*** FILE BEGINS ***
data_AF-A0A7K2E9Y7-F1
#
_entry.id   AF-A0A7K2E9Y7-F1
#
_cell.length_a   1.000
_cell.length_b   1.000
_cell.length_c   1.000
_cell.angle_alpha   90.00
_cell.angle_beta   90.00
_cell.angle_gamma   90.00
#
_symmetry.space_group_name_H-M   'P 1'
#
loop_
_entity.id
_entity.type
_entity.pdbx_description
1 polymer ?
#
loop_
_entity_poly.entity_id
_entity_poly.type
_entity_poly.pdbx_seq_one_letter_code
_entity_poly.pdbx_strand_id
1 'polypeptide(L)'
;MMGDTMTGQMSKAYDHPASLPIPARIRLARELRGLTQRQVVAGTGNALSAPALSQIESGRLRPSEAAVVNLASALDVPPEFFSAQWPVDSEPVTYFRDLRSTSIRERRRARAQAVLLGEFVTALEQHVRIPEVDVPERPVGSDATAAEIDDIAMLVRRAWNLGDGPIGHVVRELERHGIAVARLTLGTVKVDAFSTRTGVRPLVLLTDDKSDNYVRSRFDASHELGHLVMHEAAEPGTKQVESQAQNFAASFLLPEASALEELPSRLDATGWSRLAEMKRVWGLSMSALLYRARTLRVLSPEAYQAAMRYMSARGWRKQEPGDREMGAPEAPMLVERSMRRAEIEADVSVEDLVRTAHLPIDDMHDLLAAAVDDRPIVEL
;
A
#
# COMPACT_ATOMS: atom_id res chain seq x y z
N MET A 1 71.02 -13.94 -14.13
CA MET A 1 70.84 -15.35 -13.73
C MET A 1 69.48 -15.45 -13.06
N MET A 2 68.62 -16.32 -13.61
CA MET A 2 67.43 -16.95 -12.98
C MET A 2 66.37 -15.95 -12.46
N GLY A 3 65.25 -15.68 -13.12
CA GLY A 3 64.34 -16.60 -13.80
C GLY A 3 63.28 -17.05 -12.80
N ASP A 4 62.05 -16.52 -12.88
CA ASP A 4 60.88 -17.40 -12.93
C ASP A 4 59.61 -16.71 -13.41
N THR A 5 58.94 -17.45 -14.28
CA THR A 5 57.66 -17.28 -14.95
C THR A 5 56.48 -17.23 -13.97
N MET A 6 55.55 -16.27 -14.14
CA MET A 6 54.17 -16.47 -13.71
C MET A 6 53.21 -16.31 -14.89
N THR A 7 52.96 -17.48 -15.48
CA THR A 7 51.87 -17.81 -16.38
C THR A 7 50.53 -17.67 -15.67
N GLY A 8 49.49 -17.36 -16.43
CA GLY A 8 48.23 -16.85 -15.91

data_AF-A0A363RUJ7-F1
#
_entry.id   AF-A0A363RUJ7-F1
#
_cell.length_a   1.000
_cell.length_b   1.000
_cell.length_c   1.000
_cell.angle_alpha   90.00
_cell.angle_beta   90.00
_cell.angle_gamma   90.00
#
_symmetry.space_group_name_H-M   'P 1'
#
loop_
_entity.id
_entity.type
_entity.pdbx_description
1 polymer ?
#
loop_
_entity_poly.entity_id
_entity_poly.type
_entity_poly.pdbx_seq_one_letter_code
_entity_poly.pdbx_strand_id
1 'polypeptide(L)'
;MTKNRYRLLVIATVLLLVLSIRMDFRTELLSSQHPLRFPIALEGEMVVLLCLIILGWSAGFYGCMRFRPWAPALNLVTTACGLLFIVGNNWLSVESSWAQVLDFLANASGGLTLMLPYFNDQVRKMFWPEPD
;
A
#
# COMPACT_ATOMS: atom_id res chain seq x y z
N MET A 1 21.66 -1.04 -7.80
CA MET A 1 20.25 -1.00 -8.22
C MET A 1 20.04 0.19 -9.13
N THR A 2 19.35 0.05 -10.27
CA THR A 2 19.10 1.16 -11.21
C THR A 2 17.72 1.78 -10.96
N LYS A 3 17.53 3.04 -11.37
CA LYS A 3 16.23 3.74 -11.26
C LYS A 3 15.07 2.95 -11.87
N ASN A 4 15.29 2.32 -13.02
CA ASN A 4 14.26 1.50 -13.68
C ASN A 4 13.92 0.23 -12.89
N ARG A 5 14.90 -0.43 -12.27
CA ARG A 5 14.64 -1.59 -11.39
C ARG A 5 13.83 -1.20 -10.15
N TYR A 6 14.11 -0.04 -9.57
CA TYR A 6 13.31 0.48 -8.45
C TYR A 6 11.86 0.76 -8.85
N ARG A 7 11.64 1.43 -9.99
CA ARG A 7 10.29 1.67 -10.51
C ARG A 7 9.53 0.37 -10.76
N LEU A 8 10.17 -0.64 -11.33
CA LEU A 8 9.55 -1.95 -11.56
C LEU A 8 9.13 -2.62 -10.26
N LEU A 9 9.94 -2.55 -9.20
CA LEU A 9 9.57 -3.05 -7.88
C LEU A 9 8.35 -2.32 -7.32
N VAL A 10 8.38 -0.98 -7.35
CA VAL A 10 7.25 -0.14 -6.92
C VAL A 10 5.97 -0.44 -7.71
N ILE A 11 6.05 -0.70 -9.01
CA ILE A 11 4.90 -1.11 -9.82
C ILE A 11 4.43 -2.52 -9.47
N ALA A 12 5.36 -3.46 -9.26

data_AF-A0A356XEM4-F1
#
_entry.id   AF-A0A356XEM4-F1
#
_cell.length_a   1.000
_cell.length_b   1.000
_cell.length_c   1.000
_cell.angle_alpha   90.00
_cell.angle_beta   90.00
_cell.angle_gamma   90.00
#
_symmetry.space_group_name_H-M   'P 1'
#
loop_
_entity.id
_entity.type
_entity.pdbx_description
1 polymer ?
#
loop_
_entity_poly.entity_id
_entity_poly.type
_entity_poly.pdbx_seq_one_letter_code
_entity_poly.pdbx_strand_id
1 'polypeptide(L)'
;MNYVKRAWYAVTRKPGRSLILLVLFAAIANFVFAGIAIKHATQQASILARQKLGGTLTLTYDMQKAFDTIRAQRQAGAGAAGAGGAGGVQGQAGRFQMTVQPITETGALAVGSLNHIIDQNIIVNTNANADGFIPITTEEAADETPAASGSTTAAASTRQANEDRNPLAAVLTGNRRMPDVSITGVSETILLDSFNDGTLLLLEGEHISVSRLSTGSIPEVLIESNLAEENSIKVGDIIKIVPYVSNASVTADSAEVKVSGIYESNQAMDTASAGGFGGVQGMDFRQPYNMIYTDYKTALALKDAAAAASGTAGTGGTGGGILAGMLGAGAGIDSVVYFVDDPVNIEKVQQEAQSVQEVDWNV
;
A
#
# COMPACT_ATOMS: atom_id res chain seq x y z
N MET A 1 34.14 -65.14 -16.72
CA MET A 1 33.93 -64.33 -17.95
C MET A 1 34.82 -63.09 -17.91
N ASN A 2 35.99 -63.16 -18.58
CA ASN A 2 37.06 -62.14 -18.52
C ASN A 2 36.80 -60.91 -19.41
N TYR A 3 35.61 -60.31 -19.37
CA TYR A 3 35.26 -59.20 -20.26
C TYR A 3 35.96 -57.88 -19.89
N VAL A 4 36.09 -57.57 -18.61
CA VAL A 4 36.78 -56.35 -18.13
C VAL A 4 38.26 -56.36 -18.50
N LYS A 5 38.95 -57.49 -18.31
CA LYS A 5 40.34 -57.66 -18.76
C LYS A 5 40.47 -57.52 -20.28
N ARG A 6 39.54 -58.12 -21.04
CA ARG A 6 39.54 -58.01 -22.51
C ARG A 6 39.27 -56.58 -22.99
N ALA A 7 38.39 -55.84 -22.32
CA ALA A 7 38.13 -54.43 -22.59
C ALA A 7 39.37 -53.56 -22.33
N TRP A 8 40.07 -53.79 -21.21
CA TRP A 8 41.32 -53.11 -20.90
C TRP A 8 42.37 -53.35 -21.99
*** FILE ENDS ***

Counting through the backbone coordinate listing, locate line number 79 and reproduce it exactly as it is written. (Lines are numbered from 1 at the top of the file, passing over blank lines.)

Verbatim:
;MTKNRYRLLVIATVLLLVLSIRMDFRTELLSSQHPLRFPIALEGEMVVLLCLIILGWSAGFYGCMRFRPWAPALNLVTTACGLLFIVGNNWLSVESSWAQVLDFLANASGGLTLMLPYFNDQVRKMFWPEPD